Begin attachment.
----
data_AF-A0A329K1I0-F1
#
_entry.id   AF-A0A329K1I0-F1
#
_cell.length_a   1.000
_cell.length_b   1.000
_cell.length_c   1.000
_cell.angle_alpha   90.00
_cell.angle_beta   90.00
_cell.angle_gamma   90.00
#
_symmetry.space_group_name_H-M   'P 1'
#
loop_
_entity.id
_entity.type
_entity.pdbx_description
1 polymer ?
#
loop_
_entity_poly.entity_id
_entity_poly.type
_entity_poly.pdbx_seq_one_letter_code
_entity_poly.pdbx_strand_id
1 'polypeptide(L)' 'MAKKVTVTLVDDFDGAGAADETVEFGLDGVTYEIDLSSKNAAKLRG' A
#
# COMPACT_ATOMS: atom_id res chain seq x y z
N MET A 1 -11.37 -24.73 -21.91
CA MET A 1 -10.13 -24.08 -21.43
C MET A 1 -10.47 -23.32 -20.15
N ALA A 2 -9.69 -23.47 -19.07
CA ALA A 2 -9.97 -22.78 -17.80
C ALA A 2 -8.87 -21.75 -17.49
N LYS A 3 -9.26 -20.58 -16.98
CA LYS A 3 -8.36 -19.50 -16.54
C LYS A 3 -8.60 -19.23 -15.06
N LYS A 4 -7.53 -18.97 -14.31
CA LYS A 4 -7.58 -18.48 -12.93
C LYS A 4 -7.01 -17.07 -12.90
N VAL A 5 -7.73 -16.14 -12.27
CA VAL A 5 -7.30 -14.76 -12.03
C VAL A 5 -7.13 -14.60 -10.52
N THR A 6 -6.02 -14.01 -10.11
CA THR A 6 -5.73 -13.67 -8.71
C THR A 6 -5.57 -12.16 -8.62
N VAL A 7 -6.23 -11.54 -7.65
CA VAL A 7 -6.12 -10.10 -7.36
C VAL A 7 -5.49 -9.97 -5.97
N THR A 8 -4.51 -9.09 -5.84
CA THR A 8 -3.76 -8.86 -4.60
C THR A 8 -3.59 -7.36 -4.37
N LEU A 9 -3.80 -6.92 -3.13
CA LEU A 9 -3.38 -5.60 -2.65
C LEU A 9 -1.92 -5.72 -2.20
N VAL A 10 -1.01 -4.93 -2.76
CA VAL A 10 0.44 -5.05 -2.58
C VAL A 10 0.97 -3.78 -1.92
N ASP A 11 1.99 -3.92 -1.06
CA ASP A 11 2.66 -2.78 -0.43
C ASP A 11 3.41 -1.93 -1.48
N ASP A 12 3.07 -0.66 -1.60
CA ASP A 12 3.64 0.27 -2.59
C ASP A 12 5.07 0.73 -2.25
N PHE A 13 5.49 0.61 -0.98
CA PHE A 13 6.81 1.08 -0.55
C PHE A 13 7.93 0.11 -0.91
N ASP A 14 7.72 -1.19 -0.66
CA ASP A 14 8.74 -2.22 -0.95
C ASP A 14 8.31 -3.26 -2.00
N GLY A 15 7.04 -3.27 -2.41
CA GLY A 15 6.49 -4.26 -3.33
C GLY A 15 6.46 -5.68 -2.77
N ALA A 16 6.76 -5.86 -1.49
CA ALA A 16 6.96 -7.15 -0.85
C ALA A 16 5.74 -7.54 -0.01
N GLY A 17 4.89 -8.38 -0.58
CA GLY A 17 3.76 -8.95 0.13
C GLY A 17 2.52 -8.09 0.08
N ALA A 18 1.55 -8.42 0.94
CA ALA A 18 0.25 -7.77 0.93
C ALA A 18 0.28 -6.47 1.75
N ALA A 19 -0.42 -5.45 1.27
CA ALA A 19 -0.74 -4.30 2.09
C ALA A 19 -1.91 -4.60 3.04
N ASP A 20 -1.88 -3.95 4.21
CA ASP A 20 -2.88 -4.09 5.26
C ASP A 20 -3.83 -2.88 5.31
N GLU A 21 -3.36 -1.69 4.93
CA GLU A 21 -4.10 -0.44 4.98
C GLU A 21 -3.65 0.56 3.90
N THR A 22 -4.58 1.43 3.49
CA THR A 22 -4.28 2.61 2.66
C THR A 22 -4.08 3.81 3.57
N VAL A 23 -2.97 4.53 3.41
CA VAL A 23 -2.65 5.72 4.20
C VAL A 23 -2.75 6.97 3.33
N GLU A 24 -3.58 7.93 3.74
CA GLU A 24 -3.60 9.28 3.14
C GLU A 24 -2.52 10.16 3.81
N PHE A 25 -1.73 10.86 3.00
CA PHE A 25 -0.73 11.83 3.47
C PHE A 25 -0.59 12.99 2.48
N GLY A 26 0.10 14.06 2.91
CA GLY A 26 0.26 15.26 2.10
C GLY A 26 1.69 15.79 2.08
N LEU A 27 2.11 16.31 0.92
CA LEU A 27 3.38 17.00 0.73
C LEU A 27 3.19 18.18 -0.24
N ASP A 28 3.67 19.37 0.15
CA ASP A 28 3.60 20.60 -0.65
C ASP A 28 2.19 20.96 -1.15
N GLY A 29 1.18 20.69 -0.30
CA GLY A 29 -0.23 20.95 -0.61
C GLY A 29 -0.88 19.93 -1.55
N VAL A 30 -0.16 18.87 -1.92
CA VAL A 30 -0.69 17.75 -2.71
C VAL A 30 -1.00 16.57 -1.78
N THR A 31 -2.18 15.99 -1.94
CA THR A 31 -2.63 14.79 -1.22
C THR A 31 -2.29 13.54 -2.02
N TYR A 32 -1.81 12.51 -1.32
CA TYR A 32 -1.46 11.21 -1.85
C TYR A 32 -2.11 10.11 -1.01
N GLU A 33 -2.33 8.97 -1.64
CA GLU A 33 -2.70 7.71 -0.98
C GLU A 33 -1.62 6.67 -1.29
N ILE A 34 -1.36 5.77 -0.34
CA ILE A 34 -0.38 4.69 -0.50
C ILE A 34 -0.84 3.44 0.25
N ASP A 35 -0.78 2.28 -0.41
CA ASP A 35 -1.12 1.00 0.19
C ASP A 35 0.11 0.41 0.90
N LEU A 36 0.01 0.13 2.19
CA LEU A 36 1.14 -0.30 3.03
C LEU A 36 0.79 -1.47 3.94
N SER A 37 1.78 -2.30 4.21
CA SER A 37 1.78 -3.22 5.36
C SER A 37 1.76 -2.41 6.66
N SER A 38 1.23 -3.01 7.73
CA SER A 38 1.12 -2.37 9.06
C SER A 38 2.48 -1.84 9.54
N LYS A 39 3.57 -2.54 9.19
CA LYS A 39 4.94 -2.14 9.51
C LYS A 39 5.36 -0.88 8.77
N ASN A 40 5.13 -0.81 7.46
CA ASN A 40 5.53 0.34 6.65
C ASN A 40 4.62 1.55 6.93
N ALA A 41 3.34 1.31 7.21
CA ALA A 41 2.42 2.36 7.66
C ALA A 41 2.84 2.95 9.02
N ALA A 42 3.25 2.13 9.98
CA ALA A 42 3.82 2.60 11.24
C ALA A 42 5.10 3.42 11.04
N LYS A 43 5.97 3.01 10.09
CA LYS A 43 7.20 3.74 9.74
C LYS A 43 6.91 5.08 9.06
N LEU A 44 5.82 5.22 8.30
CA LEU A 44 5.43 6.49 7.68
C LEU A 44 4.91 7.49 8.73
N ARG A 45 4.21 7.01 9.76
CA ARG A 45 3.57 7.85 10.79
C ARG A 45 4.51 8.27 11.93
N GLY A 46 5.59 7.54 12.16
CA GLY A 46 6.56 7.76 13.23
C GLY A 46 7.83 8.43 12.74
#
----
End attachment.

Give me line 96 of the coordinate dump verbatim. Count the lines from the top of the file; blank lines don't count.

C VAL A 23 -2.75 6.97 3.33